Wealden District has one of the worst records in the South East for the number of people killed or seriously injured on the roads. One group of motorists at particular risk are young male drivers aged 17 to 19 years old.
To combat this problem the Safer Wealden Partnership has taken a detailed look at the issue. This included analysing the statistics, looking at recent research on the subject, holding focus groups with young male drivers and conducting a survey with the target group. They are now taking a social marketing approach to find a long-term solution.
It was discovered that traditional road safety campaigns which highlight the dangers of having a crash are unlikely to have any long-term effects on the driving behaviours of this group. So it is launching a new campaign with a new approach on 30 October.
Dr Jeremy Leach, Public Health Manager at Wealden District Council, who conducted the research with the University of Brighton, said:
“All the evidence points to the fact that focussing on the social inconvenience of losing the use of your car and maybe licence is likely to have a much longer-lasting effect on the behaviour of this group of motorists than the more normal messages we all are used to seeing - that poor driving and the inappropriate use of speed causes serious crashes. The branding of this campaign has been chosen carefully, tested and is designed to make young drivers think and feel uneasy.”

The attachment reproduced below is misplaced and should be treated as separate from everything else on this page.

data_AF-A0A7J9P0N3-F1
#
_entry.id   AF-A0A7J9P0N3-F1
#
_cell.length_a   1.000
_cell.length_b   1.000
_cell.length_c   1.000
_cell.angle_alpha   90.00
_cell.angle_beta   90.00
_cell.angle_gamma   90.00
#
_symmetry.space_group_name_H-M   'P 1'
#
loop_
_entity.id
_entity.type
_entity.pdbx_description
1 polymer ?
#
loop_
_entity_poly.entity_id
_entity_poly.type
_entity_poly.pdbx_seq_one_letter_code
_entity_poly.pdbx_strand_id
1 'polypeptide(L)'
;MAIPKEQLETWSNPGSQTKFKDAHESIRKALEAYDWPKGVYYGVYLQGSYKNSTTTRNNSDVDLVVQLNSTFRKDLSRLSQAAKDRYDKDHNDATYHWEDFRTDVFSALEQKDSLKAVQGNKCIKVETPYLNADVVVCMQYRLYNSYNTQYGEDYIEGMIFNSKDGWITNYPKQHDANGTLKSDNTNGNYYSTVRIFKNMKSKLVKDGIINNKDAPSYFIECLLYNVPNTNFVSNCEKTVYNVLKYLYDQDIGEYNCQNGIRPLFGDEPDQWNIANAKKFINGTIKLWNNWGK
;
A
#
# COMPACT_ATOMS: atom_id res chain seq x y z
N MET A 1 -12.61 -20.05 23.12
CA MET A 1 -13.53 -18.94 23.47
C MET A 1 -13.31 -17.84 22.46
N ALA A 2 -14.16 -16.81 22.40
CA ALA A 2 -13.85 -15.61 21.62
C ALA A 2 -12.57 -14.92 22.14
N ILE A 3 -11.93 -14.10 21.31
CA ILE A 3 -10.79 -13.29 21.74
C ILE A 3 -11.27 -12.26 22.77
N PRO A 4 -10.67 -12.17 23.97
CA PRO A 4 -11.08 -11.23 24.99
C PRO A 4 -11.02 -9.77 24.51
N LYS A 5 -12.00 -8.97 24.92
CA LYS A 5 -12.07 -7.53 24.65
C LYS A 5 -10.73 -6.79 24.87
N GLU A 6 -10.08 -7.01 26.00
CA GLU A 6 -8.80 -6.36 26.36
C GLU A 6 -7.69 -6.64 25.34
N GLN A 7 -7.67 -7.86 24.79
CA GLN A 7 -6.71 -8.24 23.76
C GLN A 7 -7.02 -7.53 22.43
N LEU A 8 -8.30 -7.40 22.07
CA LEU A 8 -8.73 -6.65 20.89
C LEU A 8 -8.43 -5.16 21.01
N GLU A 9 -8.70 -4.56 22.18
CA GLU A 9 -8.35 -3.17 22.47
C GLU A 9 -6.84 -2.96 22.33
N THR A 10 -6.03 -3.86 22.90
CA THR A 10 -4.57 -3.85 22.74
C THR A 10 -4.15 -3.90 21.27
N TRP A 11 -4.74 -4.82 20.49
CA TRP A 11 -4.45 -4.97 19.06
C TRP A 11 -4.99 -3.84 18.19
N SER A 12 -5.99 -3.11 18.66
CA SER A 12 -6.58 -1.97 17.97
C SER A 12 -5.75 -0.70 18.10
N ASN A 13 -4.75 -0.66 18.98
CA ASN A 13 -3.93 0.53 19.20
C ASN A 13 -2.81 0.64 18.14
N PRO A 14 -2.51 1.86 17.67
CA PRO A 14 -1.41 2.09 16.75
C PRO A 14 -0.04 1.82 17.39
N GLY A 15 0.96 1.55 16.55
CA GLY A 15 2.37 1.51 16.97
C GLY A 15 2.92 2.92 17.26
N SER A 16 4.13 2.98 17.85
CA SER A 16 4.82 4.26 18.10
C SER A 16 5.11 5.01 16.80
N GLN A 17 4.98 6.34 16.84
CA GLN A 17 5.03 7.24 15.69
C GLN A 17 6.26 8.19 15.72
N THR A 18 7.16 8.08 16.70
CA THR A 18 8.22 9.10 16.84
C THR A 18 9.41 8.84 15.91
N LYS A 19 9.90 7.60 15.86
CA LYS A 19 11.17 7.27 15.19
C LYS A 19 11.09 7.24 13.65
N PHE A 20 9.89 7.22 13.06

Mark Matthews, Wealden Borough Commander for East Sussex Fire & Rescue Service and Chair of the Safer Wealden Roads Group, said:
“The campaign has been branded ‘We’re Keeping an Eye on You’. It will include posters targeting young male drivers, which will be displayed at all the community colleges and schools in the district, as well as fast-food outlets, late night fuel stations and other places where this group of road users are likely to frequent.
“In addition there will be targeted enforcement campaigns by Sussex Police; promotion of ‘Operation Crackdown’ (which targets anti-social driving); and a range of other activity, including letters being sent to both the Secretaries of State at the Department for Transport and the Department of Health.”
Councillor Claire Dowling, Chairman of the Safer Wealden Partnership and Portfolio Holder for Wealden District Council, said:
“The number of people killed or seriously injured on Wealden’s roads remains a serious concern and the time to look at different solutions to this vitally important problem is now. We will be watching and evaluating this approach carefully, but are hopeful that the messages will be heeded by this group of road users.”
Chief Inspector Dick Coates, District Commander with Sussex Police for Wealden, said:
“This is an exciting time for road safety in Wealden; we are trialling a new approach, which if effective could see a reduced number of young drivers being involved in serious road crashes. If it is shown to be effective it could be rolled out across a much wider area, even nationally. I am sure every parent dreads a knock on the door late at night from one of my officers to impart bad news about a loved one.”
The campaign will be launched at Uckfield Fire Station on Tuesday 30 October at 12.15pm.